This is an extremely common setup.
The top lock is a deadbolt. A deadbolt, within the limits of design (some types of locks are easier to pick than others) and installation (a lock is in a weak door or a weak frame then it will only be as secure as the weakest part) is generally very secure. In general, getting past a locked deadbolt requires some violent action - breaking the glass to reach in and turn the latch (which is actually a very real problem with glass doors or with doors that have a glass panel next to the door, but for fire safety you don't want to have a double-cylinder (key needed inside or out)) or cutting into the door or frame.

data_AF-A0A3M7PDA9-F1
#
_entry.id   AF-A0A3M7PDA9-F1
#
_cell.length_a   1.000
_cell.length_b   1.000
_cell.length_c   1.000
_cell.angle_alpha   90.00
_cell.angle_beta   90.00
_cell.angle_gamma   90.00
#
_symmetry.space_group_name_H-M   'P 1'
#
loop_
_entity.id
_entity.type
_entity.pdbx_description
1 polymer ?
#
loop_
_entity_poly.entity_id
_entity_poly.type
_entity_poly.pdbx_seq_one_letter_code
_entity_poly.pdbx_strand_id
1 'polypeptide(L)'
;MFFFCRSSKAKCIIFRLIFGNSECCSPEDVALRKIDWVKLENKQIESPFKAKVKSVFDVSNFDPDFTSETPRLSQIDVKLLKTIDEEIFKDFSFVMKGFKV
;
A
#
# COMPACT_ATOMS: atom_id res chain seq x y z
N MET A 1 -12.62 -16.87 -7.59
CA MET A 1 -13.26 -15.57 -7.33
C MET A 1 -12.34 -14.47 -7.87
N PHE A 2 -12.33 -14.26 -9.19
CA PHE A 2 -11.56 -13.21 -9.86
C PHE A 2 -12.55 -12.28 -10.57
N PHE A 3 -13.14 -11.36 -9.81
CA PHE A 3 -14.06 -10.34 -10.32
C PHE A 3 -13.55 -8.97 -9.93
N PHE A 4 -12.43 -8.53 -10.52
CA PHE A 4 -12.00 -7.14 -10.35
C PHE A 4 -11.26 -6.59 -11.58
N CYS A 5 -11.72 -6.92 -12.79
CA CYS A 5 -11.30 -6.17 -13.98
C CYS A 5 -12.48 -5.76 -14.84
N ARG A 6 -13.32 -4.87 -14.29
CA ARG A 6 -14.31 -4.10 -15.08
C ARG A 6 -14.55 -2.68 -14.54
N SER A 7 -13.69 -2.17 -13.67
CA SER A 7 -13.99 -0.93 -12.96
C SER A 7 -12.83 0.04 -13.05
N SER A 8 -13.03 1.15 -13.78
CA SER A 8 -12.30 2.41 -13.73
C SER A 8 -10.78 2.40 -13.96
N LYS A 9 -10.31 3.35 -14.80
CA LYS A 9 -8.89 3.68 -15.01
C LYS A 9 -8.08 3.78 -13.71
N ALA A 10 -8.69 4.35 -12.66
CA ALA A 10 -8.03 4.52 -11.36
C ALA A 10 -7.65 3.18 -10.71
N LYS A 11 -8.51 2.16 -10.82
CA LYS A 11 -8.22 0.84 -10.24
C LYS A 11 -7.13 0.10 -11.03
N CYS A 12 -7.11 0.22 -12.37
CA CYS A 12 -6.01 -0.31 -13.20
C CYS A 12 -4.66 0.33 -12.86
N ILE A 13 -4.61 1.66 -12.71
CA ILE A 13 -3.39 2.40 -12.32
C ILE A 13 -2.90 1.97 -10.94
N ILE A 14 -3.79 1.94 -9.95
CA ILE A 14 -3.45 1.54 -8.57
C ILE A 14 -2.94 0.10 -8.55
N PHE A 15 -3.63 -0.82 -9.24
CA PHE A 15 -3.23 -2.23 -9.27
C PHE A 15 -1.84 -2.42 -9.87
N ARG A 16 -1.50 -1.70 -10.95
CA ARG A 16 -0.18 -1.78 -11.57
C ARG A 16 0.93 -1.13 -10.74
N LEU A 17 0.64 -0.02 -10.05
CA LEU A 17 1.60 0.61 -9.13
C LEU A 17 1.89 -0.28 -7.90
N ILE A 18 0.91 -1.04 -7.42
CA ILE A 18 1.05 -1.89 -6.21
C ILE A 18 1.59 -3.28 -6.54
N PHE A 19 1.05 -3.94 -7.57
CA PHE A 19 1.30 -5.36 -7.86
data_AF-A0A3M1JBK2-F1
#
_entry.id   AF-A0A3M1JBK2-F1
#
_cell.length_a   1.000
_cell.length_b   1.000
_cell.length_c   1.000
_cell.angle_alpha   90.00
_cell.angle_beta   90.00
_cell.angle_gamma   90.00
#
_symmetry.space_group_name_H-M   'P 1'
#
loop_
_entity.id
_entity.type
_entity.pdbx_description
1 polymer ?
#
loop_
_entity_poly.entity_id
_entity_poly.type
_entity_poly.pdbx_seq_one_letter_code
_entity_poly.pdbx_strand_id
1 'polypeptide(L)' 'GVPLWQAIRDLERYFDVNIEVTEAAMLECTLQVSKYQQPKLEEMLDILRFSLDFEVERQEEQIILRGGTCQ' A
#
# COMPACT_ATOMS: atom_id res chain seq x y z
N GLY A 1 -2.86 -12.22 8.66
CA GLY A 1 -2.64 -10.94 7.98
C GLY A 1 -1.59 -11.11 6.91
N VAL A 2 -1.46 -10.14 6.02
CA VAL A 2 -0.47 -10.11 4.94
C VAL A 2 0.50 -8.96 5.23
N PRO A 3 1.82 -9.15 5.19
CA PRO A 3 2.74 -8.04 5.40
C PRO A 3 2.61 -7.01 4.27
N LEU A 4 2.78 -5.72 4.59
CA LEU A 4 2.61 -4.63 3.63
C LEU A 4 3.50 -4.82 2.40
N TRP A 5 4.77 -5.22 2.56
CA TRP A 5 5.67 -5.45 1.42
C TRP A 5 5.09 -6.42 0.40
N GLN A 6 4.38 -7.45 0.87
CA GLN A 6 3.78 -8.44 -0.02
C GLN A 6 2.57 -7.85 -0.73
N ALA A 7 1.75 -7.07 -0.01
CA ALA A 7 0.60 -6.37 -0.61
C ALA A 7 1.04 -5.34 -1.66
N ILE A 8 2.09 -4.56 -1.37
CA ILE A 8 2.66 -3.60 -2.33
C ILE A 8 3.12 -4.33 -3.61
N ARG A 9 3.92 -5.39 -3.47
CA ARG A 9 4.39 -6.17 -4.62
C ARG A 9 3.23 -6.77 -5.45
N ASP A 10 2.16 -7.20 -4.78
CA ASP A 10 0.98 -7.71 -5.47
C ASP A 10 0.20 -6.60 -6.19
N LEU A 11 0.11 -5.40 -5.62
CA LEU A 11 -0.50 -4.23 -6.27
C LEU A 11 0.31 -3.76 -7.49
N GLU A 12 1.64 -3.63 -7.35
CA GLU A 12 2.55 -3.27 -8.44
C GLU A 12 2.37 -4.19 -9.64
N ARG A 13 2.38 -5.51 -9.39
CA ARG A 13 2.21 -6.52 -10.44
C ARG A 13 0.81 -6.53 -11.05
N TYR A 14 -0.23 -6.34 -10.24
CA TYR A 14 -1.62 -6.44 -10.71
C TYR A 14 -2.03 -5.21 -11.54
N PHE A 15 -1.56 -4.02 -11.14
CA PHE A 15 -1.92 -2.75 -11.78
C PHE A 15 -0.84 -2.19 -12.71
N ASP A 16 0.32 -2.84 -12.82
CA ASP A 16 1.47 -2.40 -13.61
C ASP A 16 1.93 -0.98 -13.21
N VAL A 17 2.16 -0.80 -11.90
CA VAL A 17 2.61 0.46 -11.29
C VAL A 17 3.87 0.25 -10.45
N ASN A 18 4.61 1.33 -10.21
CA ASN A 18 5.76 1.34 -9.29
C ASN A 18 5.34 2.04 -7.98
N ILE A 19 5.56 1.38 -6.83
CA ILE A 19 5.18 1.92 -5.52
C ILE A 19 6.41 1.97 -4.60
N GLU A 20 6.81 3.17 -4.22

The bottom lock is, well, not much of a lock. It doesn't provide much security. It is enough to keep pets and (friendly) kids out. But it does very little to stop a determined adult. It is often trivially easy to pop open the lock with a screwdriver or sometimes even just a credit card. A telephone guy I worked with once referred to a flat screwdriver as the "universal key" because it works quite well to get into any telephone closet that doesn't have a deadbolt. In fact, I actually recommend disabling the lock mechanism on this type of lock, particularly if it is designed such that you can accidentally lock yourself out. With a typical (there may be exceptions) deadbolt you can't lock yourself out. But with a lock like this you can lock yourself out while at the same time doing little to prevent the bad guys from getting in.
In other words - use the top lock for security, and use the bottom lock just for the handle to open/close the door.